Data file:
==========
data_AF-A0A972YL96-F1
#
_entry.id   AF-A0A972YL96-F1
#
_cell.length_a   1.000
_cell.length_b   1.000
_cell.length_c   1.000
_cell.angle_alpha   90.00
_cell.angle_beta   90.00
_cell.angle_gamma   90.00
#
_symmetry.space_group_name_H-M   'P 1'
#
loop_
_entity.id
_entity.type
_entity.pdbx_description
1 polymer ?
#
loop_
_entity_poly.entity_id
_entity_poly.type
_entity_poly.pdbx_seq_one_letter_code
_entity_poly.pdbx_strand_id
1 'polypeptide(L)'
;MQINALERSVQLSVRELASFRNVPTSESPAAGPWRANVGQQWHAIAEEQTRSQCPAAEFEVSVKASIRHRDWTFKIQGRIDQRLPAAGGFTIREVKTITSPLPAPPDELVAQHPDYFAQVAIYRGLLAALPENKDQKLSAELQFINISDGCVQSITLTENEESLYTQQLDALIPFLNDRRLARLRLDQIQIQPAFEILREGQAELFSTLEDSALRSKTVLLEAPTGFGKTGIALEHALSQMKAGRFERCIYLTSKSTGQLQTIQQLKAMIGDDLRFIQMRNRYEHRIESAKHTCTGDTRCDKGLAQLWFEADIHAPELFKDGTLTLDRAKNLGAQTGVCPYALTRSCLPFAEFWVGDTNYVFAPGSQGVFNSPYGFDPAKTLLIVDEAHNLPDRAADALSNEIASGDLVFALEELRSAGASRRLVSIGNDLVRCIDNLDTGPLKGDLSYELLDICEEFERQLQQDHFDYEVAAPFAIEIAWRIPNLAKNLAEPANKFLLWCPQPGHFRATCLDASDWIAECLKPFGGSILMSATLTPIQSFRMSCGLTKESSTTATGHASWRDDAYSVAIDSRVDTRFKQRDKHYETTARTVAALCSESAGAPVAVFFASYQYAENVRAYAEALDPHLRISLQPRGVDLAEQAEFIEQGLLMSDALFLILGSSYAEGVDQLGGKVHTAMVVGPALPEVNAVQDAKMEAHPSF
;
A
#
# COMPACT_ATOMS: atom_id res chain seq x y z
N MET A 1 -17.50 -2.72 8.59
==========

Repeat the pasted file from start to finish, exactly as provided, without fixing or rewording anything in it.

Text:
data_AF-A0A972YL96-F1
#
_entry.id   AF-A0A972YL96-F1
#
_cell.length_a   1.000
_cell.length_b   1.000
_cell.length_c   1.000
_cell.angle_alpha   90.00
_cell.angle_beta   90.00
_cell.angle_gamma   90.00
#
_symmetry.space_group_name_H-M   'P 1'
#
loop_
_entity.id
_entity.type
_entity.pdbx_description
1 polymer ?
#
loop_
_entity_poly.entity_id
_entity_poly.type
_entity_poly.pdbx_seq_one_letter_code
_entity_poly.pdbx_strand_id
1 'polypeptide(L)'
;MQINALERSVQLSVRELASFRNVPTSESPAAGPWRANVGQQWHAIAEEQTRSQCPAAEFEVSVKASIRHRDWTFKIQGRIDQRLPAAGGFTIREVKTITSPLPAPPDELVAQHPDYFAQVAIYRGLLAALPENKDQKLSAELQFINISDGCVQSITLTENEESLYTQQLDALIPFLNDRRLARLRLDQIQIQPAFEILREGQAELFSTLEDSALRSKTVLLEAPTGFGKTGIALEHALSQMKAGRFERCIYLTSKSTGQLQTIQQLKAMIGDDLRFIQMRNRYEHRIESAKHTCTGDTRCDKGLAQLWFEADIHAPELFKDGTLTLDRAKNLGAQTGVCPYALTRSCLPFAEFWVGDTNYVFAPGSQGVFNSPYGFDPAKTLLIVDEAHNLPDRAADALSNEIASGDLVFALEELRSAGASRRLVSIGNDLVRCIDNLDTGPLKGDLSYELLDICEEFERQLQQDHFDYEVAAPFAIEIAWRIPNLAKNLAEPANKFLLWCPQPGHFRATCLDASDWIAECLKPFGGSILMSATLTPIQSFRMSCGLTKESSTTATGHASWRDDAYSVAIDSRVDTRFKQRDKHYETTARTVAALCSESAGAPVAVFFASYQYAENVRAYAEALDPHLRISLQPRGVDLAEQAEFIEQGLLMSDALFLILGSSYAEGVDQLGGKVHTAMVVGPALPEVNAVQDAKMEAHPSF
;
A
#
# COMPACT_ATOMS: atom_id res chain seq x y z
N MET A 1 -17.50 -2.72 8.59